"Built in 1885, this one and a half story crosswing "T" cottage is capped by intersecting gable roofs of differing heights. Over the taller projecting wing, a clipped gable with decorative turned and scroll-cut woodwork accents the steeply pitched rake. The clipped gable is repeated on a dormer on the right side of the flanking wing which, clearly visible from the street, complements the front gable. The narrow overhang of the roof is detailed by a continuous wood fascia and frieze which wrap the perimeter of the roof. A sense of entry to the house is created by a hip-roof covered porch which runs the length of the flanking wing. Supporting the porch roof are five lathe-turned wood columns. The exterior brick walls, which rest on a stone foundation, are accented by richly adorned door and window openings where the majority of architectural detailing occurs. Below the main gable, two large window openings are capped by alternating soldier courses which create a pedimental head over the upper floor window and a segmental arch over the main floor window. Each head is terminated on either end by a sandstone plinth block which provides a transition for a dogtooth soldier course on the facade of the projecting wing. The main floor parlor window is created by three vertical bays of double hung windows with multi-paned lights in the upper sashes of the flanking windows. The majority of original doors and windows, which remain in place, are capped by segmental brick arches."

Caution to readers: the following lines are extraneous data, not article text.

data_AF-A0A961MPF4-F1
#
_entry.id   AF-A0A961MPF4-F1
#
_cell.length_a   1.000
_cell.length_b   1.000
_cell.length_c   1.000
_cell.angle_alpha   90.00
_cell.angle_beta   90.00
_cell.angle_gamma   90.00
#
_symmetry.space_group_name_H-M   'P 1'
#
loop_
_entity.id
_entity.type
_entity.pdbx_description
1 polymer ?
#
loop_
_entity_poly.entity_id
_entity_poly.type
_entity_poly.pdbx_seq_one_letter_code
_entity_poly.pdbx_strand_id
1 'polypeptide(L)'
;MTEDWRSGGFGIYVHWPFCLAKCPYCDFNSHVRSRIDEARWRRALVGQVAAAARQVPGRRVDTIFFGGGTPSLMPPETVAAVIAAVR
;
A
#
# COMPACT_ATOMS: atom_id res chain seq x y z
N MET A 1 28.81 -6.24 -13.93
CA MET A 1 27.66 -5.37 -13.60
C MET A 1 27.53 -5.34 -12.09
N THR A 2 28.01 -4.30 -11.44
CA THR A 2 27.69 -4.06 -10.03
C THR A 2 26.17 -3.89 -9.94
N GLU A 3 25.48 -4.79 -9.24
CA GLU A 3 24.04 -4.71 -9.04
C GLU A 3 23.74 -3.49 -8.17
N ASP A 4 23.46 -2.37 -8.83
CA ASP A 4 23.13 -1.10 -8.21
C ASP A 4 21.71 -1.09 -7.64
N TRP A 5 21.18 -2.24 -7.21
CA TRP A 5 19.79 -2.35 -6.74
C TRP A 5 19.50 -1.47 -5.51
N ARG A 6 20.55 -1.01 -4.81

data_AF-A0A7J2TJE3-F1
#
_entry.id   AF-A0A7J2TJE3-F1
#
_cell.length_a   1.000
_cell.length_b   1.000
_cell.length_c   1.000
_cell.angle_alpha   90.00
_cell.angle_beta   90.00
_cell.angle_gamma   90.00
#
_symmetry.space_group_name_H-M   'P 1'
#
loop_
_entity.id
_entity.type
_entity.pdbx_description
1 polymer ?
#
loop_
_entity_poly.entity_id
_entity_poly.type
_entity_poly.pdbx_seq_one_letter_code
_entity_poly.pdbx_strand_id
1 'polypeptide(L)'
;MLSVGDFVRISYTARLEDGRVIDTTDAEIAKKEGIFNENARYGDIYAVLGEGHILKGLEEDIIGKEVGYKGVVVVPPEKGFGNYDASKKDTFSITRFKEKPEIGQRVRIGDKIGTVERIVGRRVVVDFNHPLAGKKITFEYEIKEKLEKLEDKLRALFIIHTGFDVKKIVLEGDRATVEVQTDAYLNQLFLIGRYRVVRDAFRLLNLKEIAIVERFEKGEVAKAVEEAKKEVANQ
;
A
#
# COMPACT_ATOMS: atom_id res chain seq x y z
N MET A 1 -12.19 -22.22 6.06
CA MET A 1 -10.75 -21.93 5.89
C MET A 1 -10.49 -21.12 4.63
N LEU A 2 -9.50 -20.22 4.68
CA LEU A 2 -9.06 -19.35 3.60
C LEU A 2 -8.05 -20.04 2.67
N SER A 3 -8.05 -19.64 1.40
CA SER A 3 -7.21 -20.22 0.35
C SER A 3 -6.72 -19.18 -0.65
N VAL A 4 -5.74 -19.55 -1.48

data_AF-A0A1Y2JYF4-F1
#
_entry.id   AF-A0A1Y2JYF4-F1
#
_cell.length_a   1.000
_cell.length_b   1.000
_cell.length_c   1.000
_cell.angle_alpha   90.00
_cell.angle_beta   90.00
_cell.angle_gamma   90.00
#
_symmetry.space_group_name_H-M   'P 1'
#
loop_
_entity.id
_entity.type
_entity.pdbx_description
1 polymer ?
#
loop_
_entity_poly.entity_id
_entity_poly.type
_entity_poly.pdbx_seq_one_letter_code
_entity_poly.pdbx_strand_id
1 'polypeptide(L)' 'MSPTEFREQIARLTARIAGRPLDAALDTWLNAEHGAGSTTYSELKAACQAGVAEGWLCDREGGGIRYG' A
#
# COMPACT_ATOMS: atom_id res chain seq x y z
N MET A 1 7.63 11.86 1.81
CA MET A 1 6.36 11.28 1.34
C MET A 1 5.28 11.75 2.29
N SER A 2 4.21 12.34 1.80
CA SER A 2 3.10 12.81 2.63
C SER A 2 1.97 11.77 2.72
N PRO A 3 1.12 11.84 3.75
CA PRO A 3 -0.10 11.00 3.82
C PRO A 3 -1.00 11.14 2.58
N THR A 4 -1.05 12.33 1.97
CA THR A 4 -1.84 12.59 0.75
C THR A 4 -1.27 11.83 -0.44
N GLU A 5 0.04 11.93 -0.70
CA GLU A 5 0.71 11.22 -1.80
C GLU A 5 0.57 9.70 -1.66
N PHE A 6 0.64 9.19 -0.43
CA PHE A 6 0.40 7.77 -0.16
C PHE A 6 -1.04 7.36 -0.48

The Clark Family built this house just prior to Amasa Lyman's marriage to Alice Steed. His first wife died in 1895, and in 1897 he remarried. He lived in the house most of his long life. He was president of the Davis County Bank, and even in his 90's could be seen riding his bicycle to work. He was also Farmington's Mayor(1908-1912). This house had the first running water in the neighborhood, from a tank mounted outside the kitchen window.